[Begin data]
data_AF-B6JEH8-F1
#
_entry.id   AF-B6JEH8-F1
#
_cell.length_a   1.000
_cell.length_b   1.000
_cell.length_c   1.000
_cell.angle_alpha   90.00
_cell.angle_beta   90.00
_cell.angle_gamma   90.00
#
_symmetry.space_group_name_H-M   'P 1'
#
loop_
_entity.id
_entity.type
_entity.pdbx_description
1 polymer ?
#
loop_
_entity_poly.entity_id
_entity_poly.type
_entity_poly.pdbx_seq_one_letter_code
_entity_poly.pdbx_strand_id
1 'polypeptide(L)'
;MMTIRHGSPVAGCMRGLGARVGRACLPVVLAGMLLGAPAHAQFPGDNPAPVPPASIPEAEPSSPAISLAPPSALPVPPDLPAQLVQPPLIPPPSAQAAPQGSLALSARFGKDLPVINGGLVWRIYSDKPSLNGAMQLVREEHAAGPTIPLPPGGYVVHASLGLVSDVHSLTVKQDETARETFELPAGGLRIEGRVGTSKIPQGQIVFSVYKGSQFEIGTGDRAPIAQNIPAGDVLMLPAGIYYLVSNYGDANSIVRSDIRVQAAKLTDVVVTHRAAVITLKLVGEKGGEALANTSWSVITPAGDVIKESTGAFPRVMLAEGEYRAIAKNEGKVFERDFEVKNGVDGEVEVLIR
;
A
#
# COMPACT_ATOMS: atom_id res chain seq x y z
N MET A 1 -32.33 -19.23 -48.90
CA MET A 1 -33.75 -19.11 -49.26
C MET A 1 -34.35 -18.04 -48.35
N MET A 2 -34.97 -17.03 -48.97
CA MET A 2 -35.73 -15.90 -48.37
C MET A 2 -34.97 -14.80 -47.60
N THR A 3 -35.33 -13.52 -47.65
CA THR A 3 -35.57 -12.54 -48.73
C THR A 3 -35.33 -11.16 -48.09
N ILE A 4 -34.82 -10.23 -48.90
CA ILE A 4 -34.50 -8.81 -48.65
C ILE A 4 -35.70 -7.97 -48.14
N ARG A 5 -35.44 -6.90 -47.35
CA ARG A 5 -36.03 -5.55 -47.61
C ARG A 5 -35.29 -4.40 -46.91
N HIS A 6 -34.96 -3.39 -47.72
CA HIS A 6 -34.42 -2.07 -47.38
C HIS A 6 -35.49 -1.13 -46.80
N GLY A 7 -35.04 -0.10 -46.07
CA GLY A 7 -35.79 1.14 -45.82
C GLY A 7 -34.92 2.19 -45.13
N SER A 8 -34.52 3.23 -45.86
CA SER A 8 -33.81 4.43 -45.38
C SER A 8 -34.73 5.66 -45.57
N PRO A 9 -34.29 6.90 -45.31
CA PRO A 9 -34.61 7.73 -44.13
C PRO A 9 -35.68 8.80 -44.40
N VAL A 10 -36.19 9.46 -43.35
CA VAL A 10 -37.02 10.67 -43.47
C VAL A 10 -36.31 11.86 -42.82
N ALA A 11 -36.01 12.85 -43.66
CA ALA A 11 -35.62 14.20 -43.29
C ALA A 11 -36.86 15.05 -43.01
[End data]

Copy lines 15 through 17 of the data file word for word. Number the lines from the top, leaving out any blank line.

_entity.id
_entity.type
_entity.pdbx_description